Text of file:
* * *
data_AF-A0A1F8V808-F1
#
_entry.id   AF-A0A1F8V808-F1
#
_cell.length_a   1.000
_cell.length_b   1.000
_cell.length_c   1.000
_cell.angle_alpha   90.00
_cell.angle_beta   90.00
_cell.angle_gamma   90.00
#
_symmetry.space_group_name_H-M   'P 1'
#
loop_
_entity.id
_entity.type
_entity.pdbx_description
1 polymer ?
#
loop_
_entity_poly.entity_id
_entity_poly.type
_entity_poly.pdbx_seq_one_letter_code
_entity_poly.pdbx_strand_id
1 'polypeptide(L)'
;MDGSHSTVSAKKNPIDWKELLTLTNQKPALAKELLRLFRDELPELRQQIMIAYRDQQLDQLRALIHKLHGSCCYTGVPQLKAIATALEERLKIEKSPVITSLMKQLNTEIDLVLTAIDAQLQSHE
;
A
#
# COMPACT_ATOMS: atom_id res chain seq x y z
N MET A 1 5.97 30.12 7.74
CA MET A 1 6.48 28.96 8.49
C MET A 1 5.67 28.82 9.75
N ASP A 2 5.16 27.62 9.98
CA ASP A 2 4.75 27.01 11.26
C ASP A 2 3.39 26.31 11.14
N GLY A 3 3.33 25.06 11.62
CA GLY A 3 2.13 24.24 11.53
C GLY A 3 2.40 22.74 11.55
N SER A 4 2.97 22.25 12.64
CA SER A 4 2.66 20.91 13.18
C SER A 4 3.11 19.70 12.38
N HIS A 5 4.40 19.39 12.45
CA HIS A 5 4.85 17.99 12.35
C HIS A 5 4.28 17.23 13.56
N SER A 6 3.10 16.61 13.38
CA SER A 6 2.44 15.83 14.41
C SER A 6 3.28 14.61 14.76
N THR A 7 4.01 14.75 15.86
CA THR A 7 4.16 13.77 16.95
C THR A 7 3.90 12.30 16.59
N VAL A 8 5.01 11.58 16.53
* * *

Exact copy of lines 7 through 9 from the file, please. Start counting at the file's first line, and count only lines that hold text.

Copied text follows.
_cell.length_c   1.000
_cell.angle_alpha   90.00
_cell.angle_beta   90.00